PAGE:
Elevated Copper exhibits in approximately 20-30% of women who take certain oral contraceptives or (synthetic) hormone replacement. Excess Cu also disrupts adrenal hormone production and sex hormone balance – by retaining and increasing Oestrogen. Oestrogen in turn retains Copper – thus driving up each others levels and destabilising the levels of their opposing hormone and nutrients.

6. Under-active Thyroid function (Hypothyroidism) is an indirect cause of low iron as the active thyroid hormone T3 (Triiodothyronine) is essential for good gut function. Menorrhagia (heavy menstrual bleeding) and a disruption in menstrual cycling can be an indicator of thyroid gland disturbance in pre-menopausal women (Shames + Shames: 2005).

7. Chronic Health Conditions such as Thalassaemia (B) trait which is an inherited red blood cell defect among (predominantly) Adriatic/Mediterranean people. Those with Thalassaemia can absorb and store iron – but the body cannot optimally utilise it.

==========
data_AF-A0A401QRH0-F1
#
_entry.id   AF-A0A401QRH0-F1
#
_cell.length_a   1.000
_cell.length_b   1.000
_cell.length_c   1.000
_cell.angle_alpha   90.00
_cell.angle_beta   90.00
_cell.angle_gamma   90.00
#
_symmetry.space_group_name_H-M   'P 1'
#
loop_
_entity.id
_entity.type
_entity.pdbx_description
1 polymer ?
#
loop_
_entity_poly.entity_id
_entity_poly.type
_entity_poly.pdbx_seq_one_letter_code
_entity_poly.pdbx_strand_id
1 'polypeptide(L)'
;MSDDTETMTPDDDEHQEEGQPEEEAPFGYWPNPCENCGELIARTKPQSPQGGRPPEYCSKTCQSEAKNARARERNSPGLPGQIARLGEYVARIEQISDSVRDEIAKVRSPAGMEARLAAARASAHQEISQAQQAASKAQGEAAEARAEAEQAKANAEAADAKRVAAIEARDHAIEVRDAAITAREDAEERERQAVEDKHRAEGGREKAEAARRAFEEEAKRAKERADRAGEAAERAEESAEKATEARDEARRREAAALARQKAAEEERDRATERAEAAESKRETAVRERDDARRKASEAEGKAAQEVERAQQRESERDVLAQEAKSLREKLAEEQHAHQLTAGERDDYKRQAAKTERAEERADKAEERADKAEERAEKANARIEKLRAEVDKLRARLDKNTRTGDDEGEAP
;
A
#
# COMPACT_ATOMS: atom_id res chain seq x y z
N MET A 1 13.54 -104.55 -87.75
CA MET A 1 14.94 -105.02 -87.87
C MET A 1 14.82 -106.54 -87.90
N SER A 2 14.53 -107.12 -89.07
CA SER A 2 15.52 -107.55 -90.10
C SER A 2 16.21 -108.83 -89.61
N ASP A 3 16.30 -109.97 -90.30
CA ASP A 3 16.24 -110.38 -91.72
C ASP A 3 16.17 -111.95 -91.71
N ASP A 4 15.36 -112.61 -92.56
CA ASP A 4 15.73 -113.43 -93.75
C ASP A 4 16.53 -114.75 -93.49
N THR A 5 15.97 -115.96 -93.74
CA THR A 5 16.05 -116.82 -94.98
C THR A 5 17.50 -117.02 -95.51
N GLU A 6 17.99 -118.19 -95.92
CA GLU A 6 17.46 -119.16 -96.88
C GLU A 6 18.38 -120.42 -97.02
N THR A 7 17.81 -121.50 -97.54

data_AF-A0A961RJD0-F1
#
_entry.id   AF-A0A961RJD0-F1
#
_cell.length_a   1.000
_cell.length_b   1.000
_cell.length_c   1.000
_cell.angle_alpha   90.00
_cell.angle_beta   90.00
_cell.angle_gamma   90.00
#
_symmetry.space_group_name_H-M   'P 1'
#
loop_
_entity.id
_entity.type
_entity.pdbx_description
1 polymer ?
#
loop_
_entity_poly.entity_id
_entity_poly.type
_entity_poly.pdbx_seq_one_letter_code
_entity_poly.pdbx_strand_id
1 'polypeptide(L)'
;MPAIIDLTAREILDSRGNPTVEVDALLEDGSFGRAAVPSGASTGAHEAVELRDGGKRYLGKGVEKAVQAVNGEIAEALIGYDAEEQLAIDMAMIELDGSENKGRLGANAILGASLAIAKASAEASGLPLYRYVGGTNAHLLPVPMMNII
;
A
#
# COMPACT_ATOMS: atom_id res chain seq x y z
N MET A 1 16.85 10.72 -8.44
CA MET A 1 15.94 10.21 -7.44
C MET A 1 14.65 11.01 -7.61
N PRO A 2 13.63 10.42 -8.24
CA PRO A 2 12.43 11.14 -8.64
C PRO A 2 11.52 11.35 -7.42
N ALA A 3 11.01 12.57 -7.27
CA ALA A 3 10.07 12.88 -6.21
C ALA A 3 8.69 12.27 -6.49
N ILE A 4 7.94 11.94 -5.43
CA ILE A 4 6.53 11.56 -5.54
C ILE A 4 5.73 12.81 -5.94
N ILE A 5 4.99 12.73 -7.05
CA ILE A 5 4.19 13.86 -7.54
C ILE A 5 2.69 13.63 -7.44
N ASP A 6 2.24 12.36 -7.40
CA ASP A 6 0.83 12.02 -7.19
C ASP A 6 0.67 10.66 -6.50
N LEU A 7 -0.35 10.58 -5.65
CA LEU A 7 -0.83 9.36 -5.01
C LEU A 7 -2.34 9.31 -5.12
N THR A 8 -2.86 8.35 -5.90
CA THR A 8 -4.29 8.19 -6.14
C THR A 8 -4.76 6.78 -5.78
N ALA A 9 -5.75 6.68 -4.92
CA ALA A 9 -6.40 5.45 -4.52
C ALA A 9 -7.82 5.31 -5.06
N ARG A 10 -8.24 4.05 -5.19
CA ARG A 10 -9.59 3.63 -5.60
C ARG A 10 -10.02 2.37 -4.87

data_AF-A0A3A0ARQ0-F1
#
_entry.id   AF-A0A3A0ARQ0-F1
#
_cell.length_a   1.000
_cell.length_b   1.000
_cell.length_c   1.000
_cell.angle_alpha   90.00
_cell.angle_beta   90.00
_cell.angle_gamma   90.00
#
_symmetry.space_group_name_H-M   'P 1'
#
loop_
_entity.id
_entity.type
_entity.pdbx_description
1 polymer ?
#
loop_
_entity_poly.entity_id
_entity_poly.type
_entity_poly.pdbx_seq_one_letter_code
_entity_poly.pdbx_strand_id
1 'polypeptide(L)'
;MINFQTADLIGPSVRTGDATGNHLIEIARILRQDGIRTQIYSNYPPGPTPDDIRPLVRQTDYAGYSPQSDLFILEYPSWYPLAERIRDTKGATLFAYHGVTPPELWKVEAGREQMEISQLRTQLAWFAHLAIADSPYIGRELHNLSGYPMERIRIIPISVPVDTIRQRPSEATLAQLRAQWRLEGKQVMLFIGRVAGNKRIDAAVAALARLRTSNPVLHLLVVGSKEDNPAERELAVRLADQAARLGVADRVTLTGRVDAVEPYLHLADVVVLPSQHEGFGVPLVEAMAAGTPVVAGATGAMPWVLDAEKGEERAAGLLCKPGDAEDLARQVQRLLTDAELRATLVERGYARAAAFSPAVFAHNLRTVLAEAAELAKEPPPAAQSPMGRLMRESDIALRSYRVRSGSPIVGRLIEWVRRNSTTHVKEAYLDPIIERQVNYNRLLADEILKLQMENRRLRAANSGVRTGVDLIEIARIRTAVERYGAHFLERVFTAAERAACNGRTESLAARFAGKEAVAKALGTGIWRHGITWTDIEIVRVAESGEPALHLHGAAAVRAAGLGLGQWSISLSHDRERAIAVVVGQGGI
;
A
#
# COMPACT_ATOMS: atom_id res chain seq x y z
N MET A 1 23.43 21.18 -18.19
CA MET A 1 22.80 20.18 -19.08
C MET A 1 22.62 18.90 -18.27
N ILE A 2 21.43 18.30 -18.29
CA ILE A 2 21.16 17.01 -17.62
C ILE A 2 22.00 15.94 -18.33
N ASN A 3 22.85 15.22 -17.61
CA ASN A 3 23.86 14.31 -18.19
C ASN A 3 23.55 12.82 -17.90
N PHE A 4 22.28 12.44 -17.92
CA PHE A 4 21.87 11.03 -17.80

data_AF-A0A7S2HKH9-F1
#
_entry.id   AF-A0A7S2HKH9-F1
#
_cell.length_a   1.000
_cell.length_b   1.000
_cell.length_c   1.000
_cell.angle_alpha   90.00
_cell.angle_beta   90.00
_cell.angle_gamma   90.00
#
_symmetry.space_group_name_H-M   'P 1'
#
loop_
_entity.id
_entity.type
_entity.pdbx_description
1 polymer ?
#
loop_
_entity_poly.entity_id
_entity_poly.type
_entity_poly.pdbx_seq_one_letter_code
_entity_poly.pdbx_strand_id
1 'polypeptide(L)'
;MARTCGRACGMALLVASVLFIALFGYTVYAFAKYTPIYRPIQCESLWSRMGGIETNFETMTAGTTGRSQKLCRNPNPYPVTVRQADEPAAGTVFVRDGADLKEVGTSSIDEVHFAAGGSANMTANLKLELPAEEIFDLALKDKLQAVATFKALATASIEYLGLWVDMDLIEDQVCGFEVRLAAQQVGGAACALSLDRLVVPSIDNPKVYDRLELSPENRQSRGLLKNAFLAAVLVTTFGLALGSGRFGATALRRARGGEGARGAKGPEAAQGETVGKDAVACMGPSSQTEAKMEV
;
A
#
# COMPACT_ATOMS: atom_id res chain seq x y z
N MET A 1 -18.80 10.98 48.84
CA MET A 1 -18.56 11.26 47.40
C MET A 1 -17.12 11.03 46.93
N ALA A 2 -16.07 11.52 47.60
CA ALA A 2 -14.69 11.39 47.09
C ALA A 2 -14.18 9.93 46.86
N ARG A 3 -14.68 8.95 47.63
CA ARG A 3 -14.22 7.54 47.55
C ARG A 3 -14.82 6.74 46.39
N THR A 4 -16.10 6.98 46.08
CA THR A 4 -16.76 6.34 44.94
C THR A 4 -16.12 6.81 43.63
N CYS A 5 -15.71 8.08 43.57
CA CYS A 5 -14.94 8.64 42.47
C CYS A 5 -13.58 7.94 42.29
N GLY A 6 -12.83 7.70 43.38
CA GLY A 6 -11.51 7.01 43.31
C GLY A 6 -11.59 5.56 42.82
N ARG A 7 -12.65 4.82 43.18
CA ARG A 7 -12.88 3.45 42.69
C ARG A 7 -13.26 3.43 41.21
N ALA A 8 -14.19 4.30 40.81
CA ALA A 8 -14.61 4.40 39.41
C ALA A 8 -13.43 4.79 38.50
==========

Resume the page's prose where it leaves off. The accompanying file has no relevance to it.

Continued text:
8. Heavy Metal Toxicity of lead, mercury or cadmium will inhibit iron absorption and utilisation. Heavy metal pollutant affect the body is at last receiving greater investigative focus due to its underlying influence on chronic illness.

9. Antacid Medication or tablets can bind to supplemented (non-dietary) iron inhibiting its absorption. Those who regularly use prescribed or self-administered antacids should advise their health practitioner if they’re found to be iron deficient requiring supplementation. Iron supplements should be taken at least one hour before or two hours after any antacid medication.